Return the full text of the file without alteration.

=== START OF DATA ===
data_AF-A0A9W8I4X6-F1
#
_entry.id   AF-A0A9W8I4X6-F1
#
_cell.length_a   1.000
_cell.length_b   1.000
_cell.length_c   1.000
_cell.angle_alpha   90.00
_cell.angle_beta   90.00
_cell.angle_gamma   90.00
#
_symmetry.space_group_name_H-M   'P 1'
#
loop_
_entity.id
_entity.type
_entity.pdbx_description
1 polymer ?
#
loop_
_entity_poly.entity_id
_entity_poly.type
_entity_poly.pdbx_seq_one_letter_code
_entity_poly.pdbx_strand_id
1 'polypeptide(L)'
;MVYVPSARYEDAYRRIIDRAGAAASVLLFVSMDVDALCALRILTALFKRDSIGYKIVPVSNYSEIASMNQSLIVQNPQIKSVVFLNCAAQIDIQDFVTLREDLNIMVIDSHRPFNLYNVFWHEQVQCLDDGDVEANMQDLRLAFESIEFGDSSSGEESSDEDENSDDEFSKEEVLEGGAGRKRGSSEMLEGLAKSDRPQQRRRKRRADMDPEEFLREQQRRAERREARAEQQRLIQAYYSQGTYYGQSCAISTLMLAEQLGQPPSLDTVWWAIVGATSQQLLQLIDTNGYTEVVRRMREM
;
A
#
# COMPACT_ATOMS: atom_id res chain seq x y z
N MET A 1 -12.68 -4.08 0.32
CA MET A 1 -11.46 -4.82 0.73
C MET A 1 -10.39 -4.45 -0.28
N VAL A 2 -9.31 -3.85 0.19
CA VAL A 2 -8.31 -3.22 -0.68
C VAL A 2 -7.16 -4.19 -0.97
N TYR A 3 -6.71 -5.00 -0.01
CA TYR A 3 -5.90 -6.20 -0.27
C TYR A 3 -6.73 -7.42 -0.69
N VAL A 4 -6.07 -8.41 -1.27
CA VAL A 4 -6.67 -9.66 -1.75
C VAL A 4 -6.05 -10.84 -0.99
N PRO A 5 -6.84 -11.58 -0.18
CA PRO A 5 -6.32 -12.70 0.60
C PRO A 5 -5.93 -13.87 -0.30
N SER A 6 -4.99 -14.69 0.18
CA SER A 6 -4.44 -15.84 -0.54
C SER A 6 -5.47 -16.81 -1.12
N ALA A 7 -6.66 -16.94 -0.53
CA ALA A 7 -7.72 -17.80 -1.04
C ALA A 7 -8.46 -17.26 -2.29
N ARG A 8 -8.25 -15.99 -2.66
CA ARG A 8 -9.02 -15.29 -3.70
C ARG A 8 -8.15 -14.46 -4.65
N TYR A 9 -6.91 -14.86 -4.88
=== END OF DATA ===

data_AF-A0A9W8I4X6-F1
#
_entry.id   AF-A0A9W8I4X6-F1
#
_cell.length_a   1.000
_cell.length_b   1.000
_cell.length_c   1.000
_cell.angle_alpha   90.00
_cell.angle_beta   90.00
_cell.angle_gamma   90.00
#
_symmetry.space_group_name_H-M   'P 1'
#
loop_
_entity.id
_entity.type
_entity.pdbx_description
1 polymer ?
#
loop_
_entity_poly.entity_id
_entity_poly.type
_entity_poly.pdbx_seq_one_letter_code
_entity_poly.pdbx_strand_id
1 'polypeptide(L)'
;MVYVPSARYEDAYRRIIDRAGAAASVLLFVSMDVDALCALRILTALFKRDSIGYKIVPVSNYSEIASMNQSLIVQNPQIKSVVFLNCAAQIDIQDFVTLREDLNIMVIDSHRPFNLYNVFWHEQVQCLDDGDVEANMQDLRLAFESIEFGDSSSGEESSDEDENSDDEFSKEEVLEGGAGRKRGSSEMLEGLAKSDRPQQRRRKRRADMDPEEFLREQQRRAERREARAEQQRLIQAYYSQGTYYGQSCAISTLMLAEQLGQPPSLDTVWWAIVGATSQQLLQLIDTNGYTEVVRRMREM
;
A
#
# COMPACT_ATOMS: atom_id res chain seq x y z
N MET A 1 -12.68 -4.08 0.32
CA MET A 1 -11.46 -4.82 0.73
C MET A 1 -10.39 -4.45 -0.28
N VAL A 2 -9.31 -3.85 0.19
CA VAL A 2 -8.31 -3.22 -0.68
C VAL A 2 -7.16 -4.19 -0.97
N TYR A 3 -6.71 -5.00 -0.01
CA TYR A 3 -5.90 -6.20 -0.27
C TYR A 3 -6.73 -7.42 -0.69
N VAL A 4 -6.07 -8.41 -1.27
CA VAL A 4 -6.67 -9.66 -1.75
C VAL A 4 -6.05 -10.84 -0.99
N PRO A 5 -6.84 -11.58 -0.18
CA PRO A 5 -6.32 -12.70 0.60
C PRO A 5 -5.93 -13.87 -0.30
N SER A 6 -4.99 -14.69 0.18
CA SER A 6 -4.44 -15.84 -0.54
C SER A 6 -5.47 -16.81 -1.12
N ALA A 7 -6.66 -16.94 -0.53
CA ALA A 7 -7.72 -17.80 -1.04
C ALA A 7 -8.46 -17.26 -2.29
N ARG A 8 -8.25 -15.99 -2.66
CA ARG A 8 -9.02 -15.29 -3.70
C ARG A 8 -8.15 -14.46 -4.65
N TYR A 9 -6.91 -14.86 -4.88